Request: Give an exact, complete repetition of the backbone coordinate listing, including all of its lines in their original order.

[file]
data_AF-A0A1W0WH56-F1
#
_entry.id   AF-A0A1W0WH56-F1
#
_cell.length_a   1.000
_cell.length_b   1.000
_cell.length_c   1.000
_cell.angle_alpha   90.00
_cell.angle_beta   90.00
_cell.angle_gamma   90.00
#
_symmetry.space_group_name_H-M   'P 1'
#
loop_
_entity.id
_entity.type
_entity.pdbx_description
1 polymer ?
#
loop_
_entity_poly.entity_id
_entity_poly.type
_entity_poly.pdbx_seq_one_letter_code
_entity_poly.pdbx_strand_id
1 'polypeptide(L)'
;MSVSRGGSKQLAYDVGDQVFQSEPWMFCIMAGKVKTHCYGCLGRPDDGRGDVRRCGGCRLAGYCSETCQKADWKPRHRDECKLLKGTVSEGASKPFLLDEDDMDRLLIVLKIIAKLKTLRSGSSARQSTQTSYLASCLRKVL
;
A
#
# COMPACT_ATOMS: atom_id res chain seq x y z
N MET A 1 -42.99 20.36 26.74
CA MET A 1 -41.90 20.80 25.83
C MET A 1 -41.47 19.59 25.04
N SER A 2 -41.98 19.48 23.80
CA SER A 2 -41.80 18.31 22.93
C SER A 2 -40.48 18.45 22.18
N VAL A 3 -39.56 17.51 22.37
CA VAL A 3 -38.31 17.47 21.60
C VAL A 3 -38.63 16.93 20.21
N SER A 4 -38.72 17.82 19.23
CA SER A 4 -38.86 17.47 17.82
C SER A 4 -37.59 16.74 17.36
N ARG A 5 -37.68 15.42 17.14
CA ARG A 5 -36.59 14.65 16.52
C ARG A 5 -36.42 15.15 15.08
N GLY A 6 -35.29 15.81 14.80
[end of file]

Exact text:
data_AF-A0A1W0WH56-F1
#
_entry.id   AF-A0A1W0WH56-F1
#
_cell.length_a   1.000
_cell.length_b   1.000
_cell.length_c   1.000
_cell.angle_alpha   90.00
_cell.angle_beta   90.00
_cell.angle_gamma   90.00
#
_symmetry.space_group_name_H-M   'P 1'
#
loop_
_entity.id
_entity.type
_entity.pdbx_description
1 polymer ?
#
loop_
_entity_poly.entity_id
_entity_poly.type
_entity_poly.pdbx_seq_one_letter_code
_entity_poly.pdbx_strand_id
1 'polypeptide(L)'
;MSVSRGGSKQLAYDVGDQVFQSEPWMFCIMAGKVKTHCYGCLGRPDDGRGDVRRCGGCRLAGYCSETCQKADWKPRHRDECKLLKGTVSEGASKPFLLDEDDMDRLLIVLKIIAKLKTLRSGSSARQSTQTSYLASCLRKVL
;
A
#
# COMPACT_ATOMS: atom_id res chain seq x y z
N MET A 1 -42.99 20.36 26.74
CA MET A 1 -41.90 20.80 25.83
C MET A 1 -41.47 19.59 25.04
N SER A 2 -41.98 19.48 23.80
CA SER A 2 -41.80 18.31 22.93
C SER A 2 -40.48 18.45 22.18
N VAL A 3 -39.56 17.51 22.37
CA VAL A 3 -38.31 17.47 21.60
C VAL A 3 -38.63 16.93 20.21
N SER A 4 -38.72 17.82 19.23
CA SER A 4 -38.86 17.47 17.82
C SER A 4 -37.59 16.74 17.36
N ARG A 5 -37.68 15.42 17.14
CA ARG A 5 -36.59 14.65 16.52
C ARG A 5 -36.42 15.15 15.08
N GLY A 6 -35.29 15.81 14.80